Designing Perception: Augmenting Perspectives
This post is part two in the Designing Perception blog series. You can read part one here.
So, how do we design experiences for augmented reality?
The answer sounds monumental; We transform the user’s perspective of what is happening in their world at that moment.
At SpellBound, the way we achieve this is through an empathy-driven design approach. While we love working on new ideas and making changes that are exciting for our friends and family, our main focus at the end of the day is the patients and therapists that use our app. We put ourselves in the shoes of our users and work to create the best experience for them. We make sure to focus on all facets of the experience, and we consider and use any tools at our disposal and use an empathy-driven testing process.
Our team is full of amazing engineers and developers that can code an otherworldly app in no time. However, none of us are doctors or nurses. It takes an understanding of the customer and user to make a good design - whether is is physical or in our case, virtual.
For example, an early hurdle for us to cross was deciding whether to use mobile devices or headsets for patient therapy. Both had their advantages, but understanding the user base was required to find which platform would create the best experience. Of course, the convenience of phones and tablets was clear, but the immersiveness of headsets was intriguing. It took a visit to our local children’s hospital to discover the dealbreaker. We tested our app with many different children and had great feedback for both platforms. Then, we entered the room of a child with wires and sensors around their head, and we met a child with only one eye. Both impossible scenarios for a headset. These encounters and tests helped us build empathy for the user. This empathy was built into the visual design, engineering and platform for our app. We focused on mobile devices for our development process, and ultimately were able to have a wider user base.
Similarly, we found empathy to be a major driving force in our development of our newest product, the Magic Portal. How could we help patients become more comfortable with a hospital room and provide escape in times of worry? While we had discovered many use cases for our existing tools to familiarize spaces, it was time to take another look at our user base, understand their needs, and take a walk in their shoes. We considered a few valuable factors in the development process: We needed to design and consider for patients who couldn't leave their bed, were unable to use both hands, and loved to explore.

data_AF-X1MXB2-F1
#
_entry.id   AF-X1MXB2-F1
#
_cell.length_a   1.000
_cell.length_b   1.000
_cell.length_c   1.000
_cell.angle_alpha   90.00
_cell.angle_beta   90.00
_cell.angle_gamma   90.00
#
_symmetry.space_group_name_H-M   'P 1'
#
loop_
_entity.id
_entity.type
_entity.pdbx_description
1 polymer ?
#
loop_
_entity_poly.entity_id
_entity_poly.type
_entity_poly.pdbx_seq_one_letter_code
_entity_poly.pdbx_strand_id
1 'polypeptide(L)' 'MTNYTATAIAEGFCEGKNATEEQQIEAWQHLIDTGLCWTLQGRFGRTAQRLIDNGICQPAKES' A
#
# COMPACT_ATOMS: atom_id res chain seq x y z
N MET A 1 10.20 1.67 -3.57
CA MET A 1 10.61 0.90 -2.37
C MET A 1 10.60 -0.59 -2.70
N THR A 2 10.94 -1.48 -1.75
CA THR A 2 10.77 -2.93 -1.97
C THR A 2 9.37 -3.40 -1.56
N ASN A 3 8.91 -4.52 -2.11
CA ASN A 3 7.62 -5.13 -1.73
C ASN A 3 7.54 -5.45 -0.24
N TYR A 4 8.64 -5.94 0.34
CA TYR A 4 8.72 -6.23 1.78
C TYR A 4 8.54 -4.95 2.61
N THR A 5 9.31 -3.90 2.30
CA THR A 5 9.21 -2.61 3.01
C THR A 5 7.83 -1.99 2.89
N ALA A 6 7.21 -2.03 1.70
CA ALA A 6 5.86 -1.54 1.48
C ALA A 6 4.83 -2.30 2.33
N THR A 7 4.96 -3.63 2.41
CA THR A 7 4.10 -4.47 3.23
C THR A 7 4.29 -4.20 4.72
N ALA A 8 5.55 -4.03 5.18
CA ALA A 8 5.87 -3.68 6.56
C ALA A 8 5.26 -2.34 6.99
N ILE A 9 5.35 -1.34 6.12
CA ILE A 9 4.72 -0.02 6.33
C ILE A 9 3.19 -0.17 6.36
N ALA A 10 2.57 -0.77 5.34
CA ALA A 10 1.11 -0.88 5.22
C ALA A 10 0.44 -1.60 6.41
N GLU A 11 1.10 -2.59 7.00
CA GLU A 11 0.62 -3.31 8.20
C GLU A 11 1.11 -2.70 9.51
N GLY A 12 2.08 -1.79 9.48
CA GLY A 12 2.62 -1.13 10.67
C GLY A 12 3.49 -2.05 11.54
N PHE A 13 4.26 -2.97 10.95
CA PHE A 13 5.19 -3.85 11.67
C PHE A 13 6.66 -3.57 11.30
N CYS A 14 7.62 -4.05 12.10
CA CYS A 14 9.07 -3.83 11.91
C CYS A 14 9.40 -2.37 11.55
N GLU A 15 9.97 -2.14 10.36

How can patients quell their worries if they are unable to leave a scary situation?
By peering into, and being immersed in, an entirely new world.
We designed wall-mounted targets to accommodate for those who are unable to use both hands with our tools. With these targets, the SpellBound viewport will create a 3-Dimensional space inside a frame on any hospital room wall. Animals, interactions, and magic move between our world and the Portal world, bringing wonder and peace to patients from the comfort of their hospital bed. By creating an escape from a scary place and a connection to a magical place, hospital rooms don't seem so scary anymore.
An unexpected use case that developed out of our hospital visit was engaging the siblings of the sick child. Not only do the children undergoing scary procedures experience trauma, but the siblings that accompany them to the hospital do as well - through scary environments and interactions. This case study has developed into applications we would have never considered before, including augmenting spaces in hospital hallways and rooms.
Of course, we can’t just end here. As we gain empathy and learn more about our users, we discover more areas for us to research. As we expand our knowledge base, we create more ideas for products. But in that, we find further places to research and greater product ideas to create the best possible hospital experience.
Now, how can we change experiences for the better?
Stay tuned for the next post in the Designing Perception series: Making Magic.